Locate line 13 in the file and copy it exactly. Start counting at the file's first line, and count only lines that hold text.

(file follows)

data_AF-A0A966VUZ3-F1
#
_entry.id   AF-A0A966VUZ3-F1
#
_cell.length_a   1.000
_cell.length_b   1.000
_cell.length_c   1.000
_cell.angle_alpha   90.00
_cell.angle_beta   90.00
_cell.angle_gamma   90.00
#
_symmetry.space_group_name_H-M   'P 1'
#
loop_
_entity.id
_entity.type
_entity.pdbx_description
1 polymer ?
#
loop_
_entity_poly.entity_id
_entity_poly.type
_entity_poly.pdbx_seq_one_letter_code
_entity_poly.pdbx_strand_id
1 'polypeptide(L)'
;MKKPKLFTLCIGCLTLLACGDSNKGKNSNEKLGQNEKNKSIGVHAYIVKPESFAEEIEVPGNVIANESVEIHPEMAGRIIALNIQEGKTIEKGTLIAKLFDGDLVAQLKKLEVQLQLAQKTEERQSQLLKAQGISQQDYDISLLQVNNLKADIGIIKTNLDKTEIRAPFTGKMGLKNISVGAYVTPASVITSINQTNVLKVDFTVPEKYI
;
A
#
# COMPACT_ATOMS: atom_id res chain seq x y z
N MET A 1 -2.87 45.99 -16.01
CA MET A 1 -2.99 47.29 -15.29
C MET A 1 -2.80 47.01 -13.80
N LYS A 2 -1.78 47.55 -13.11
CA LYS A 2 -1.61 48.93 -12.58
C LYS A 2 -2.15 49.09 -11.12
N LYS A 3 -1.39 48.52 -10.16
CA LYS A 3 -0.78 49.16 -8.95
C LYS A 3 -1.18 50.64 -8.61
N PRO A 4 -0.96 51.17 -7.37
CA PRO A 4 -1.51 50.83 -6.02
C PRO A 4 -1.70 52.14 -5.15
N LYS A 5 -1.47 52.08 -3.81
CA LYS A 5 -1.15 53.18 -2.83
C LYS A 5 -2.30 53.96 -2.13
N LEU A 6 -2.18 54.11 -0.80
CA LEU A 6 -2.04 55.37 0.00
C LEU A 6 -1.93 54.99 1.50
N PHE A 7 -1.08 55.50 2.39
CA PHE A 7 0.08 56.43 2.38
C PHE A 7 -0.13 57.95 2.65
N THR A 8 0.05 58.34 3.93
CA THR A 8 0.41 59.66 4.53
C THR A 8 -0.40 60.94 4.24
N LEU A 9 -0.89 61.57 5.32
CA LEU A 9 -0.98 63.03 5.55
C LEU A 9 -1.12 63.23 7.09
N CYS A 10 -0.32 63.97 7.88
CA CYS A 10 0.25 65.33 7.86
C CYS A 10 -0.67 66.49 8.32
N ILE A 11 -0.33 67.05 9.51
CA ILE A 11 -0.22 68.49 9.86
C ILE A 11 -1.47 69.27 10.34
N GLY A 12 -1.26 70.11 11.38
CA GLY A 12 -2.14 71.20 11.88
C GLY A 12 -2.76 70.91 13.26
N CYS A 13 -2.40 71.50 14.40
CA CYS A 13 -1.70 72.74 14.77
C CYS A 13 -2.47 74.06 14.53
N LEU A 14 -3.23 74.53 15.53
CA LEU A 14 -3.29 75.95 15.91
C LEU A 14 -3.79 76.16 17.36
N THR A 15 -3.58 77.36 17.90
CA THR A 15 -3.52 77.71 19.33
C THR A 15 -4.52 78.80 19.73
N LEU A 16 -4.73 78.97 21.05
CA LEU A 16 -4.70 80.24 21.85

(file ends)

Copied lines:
#